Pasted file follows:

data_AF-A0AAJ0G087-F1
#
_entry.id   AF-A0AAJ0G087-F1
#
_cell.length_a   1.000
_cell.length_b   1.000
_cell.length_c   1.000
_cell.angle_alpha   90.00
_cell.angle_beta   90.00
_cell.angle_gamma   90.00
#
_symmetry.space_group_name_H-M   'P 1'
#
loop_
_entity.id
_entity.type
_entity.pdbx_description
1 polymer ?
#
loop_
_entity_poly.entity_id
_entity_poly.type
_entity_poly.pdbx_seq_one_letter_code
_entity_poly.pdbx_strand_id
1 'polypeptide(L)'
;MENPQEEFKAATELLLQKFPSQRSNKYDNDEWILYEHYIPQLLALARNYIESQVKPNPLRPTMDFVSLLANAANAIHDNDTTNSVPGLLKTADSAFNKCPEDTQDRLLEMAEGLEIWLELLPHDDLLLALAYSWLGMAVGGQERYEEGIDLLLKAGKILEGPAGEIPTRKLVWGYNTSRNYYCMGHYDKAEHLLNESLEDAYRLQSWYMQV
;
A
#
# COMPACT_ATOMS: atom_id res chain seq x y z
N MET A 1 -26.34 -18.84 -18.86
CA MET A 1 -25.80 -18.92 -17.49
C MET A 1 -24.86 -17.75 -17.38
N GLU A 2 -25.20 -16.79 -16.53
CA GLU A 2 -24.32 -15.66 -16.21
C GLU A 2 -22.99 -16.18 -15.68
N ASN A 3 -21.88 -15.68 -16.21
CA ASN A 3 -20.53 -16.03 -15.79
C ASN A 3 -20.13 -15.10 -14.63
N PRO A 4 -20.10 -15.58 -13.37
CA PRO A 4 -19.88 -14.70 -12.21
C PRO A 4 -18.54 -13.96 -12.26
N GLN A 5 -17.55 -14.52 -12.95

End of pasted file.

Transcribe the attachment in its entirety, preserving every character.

data_AF-A0AAJ0G087-F1
#
_entry.id   AF-A0AAJ0G087-F1
#
_cell.length_a   1.000
_cell.length_b   1.000
_cell.length_c   1.000
_cell.angle_alpha   90.00
_cell.angle_beta   90.00
_cell.angle_gamma   90.00
#
_symmetry.space_group_name_H-M   'P 1'
#
loop_
_entity.id
_entity.type
_entity.pdbx_description
1 polymer ?
#
loop_
_entity_poly.entity_id
_entity_poly.type
_entity_poly.pdbx_seq_one_letter_code
_entity_poly.pdbx_strand_id
1 'polypeptide(L)'
;MENPQEEFKAATELLLQKFPSQRSNKYDNDEWILYEHYIPQLLALARNYIESQVKPNPLRPTMDFVSLLANAANAIHDNDTTNSVPGLLKTADSAFNKCPEDTQDRLLEMAEGLEIWLELLPHDDLLLALAYSWLGMAVGGQERYEEGIDLLLKAGKILEGPAGEIPTRKLVWGYNTSRNYYCMGHYDKAEHLLNESLEDAYRLQSWYMQV
;
A
#
# COMPACT_ATOMS: atom_id res chain seq x y z
N MET A 1 -26.34 -18.84 -18.86
CA MET A 1 -25.80 -18.92 -17.49
C MET A 1 -24.86 -17.75 -17.38
N GLU A 2 -25.20 -16.79 -16.53
CA GLU A 2 -24.32 -15.66 -16.21
C GLU A 2 -22.99 -16.18 -15.68
N ASN A 3 -21.88 -15.68 -16.21
CA ASN A 3 -20.53 -16.03 -15.79
C ASN A 3 -20.13 -15.10 -14.63
N PRO A 4 -20.10 -15.58 -13.37
CA PRO A 4 -19.88 -14.70 -12.21
C PRO A 4 -18.54 -13.96 -12.26
N GLN A 5 -17.55 -14.52 -12.95